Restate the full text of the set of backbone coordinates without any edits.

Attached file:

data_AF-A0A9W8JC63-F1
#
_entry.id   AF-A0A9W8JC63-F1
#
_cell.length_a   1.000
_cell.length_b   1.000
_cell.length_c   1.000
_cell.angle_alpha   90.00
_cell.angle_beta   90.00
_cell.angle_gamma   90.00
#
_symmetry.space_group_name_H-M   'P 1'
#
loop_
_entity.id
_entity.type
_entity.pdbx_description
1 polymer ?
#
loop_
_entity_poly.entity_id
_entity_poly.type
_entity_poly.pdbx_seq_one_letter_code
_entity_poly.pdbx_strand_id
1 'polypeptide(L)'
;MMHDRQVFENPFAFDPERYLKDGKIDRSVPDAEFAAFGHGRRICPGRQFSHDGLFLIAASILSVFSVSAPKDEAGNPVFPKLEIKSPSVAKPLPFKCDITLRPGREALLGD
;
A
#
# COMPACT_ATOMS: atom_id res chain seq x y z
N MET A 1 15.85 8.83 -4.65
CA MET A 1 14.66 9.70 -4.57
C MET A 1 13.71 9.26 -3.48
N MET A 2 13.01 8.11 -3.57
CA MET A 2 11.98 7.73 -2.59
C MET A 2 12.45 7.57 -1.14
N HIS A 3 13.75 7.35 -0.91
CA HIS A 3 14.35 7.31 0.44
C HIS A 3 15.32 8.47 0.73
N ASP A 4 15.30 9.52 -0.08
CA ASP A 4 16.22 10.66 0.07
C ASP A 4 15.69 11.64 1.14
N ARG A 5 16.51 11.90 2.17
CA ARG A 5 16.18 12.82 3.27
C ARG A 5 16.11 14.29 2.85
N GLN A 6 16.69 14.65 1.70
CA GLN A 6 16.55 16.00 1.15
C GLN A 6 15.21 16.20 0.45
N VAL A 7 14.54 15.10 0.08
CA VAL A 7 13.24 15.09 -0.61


data_AF-A0A9W8JC63-F1
#
_entry.id   AF-A0A9W8JC63-F1
#
_cell.length_a   1.000
_cell.length_b   1.000
_cell.length_c   1.000
_cell.angle_alpha   90.00
_cell.angle_beta   90.00
_cell.angle_gamma   90.00
#
_symmetry.space_group_name_H-M   'P 1'
#
loop_
_entity.id
_entity.type
_entity.pdbx_description
1 polymer ?
#
loop_
_entity_poly.entity_id
_entity_poly.type
_entity_poly.pdbx_seq_one_letter_code
_entity_poly.pdbx_strand_id
1 'polypeptide(L)'
;MMHDRQVFENPFAFDPERYLKDGKIDRSVPDAEFAAFGHGRRICPGRQFSHDGLFLIAASILSVFSVSAPKDEAGNPVFPKLEIKSPSVAKPLPFKCDITLRPGREALLGD
;
A
#
# COMPACT_ATOMS: atom_id res chain seq x y z
N MET A 1 15.85 8.83 -4.65
CA MET A 1 14.66 9.70 -4.57
C MET A 1 13.71 9.26 -3.48
N MET A 2 13.01 8.11 -3.57
CA MET A 2 11.98 7.73 -2.59
C MET A 2 12.45 7.57 -1.14
N HIS A 3 13.75 7.35 -0.91
CA HIS A 3 14.35 7.31 0.44
C HIS A 3 15.32 8.47 0.73
N ASP A 4 15.30 9.52 -0.08
CA ASP A 4 16.22 10.66 0.07
C ASP A 4 15.69 11.64 1.14
N ARG A 5 16.51 11.90 2.17
CA ARG A 5 16.18 12.82 3.27
C ARG A 5 16.11 14.29 2.85
N GLN A 6 16.69 14.65 1.70
CA GLN A 6 16.55 16.00 1.15
C GLN A 6 15.21 16.20 0.45
N VAL A 7 14.54 15.10 0.08
CA VAL A 7 13.24 15.09 -0.61